Scottish rituals include coins and scrambles
A Sixpence in the Bride's Shoe
A sixpence coin may be placed in the bride's shoe to help bring her good luck. Similarly, in the Scottish Borders, a sprig of heather is hidden within the Bride's bouquet.
The Wedding Scramble
As the bride steps into the car, it is a tradition for the father to throw a handful of coins for the children to collect. This practice, called a scramble, is believed to bring financial luck. This also takes place in weddings in Ayrshire but is known there as a 'warsel'.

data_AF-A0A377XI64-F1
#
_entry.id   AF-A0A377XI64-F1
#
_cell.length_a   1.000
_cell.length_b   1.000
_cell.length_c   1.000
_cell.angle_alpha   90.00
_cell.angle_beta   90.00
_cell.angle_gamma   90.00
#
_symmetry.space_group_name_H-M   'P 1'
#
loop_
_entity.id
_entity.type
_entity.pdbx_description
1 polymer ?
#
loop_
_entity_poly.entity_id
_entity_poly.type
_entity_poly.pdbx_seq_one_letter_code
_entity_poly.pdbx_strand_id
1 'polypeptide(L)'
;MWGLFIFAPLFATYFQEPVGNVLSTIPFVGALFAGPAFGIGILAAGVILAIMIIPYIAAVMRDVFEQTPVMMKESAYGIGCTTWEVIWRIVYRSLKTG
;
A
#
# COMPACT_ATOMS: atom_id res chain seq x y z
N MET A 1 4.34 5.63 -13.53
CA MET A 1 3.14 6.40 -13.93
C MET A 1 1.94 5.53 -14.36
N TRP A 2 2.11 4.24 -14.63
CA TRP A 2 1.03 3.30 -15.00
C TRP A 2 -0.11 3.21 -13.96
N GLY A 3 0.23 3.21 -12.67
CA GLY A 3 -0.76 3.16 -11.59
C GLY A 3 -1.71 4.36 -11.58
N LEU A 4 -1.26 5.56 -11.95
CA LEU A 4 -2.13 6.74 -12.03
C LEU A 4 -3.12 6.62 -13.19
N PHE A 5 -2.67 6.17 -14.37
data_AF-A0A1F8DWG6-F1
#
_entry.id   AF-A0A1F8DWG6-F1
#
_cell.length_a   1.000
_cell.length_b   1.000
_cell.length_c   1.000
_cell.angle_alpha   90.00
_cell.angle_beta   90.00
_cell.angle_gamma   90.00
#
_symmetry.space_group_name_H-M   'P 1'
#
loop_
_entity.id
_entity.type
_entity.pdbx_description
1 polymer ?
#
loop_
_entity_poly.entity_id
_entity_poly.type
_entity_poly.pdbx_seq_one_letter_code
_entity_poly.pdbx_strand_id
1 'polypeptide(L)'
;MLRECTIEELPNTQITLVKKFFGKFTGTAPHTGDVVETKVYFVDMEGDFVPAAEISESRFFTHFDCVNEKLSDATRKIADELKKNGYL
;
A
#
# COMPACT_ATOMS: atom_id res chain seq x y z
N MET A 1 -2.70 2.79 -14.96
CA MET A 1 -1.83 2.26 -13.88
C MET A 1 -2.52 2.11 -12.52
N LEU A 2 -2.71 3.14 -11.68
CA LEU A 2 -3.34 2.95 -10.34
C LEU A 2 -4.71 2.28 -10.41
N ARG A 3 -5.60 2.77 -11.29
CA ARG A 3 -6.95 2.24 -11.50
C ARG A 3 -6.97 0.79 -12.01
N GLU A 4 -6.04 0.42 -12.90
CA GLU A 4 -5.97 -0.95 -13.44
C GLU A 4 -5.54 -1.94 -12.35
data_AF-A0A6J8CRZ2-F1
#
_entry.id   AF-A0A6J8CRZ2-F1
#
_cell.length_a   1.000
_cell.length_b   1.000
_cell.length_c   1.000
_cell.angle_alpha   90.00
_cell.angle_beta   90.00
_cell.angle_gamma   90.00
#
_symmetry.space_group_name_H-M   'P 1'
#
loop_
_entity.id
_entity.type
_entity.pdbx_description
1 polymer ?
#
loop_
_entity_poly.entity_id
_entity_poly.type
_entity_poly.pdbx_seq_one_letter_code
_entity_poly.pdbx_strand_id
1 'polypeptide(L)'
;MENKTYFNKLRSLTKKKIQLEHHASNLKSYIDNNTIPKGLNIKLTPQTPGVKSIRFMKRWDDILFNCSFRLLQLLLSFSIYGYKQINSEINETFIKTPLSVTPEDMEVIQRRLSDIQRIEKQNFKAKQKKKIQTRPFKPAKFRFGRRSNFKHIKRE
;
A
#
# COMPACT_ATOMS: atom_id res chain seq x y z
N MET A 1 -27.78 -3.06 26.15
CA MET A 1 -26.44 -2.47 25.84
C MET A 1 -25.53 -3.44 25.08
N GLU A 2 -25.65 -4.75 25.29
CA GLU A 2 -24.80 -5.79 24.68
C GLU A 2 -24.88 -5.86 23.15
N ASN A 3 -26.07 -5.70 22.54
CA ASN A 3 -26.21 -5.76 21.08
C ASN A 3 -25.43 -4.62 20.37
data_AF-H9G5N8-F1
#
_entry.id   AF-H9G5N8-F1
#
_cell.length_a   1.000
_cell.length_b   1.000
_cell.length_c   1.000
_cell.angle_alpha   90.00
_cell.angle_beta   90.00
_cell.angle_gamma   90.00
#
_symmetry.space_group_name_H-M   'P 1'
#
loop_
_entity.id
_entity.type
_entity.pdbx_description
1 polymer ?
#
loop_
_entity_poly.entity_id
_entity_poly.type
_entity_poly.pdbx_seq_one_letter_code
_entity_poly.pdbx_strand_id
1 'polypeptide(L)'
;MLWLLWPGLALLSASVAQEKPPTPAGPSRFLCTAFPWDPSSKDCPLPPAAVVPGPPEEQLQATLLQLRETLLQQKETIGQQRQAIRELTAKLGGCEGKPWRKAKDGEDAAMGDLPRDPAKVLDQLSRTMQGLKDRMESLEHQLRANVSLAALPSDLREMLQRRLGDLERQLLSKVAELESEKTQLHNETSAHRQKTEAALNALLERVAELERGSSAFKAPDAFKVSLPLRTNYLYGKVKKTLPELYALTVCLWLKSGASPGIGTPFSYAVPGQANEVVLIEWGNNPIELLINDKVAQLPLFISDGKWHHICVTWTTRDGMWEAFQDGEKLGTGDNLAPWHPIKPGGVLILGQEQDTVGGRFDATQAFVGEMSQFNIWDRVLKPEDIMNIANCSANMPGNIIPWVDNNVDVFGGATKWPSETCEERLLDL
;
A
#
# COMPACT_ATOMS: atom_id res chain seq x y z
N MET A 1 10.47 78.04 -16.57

The Lang Reel
The Lang Reel is a traditional dance which happens in the fishing communities in the North-East of Scotland. The dance sees villagers and the wedding party begin dancing from the harbour, continuing through the village as each couple leave the reel when they pass their home. This continues until the only couple left are the bride and groom who have the last dance.
'Blackenings' are a ritual still performed with great gusto - unless you are the unlucky groom-to-be! He is captured by his friends and is stripped to the waist before bound and 'blackened' by using substances such as feathers, treacle, soot and flour! He is then paraded through the village whilst his friends make as much noise as possible to make the experience as embarrassing as possible for the unlucky groom.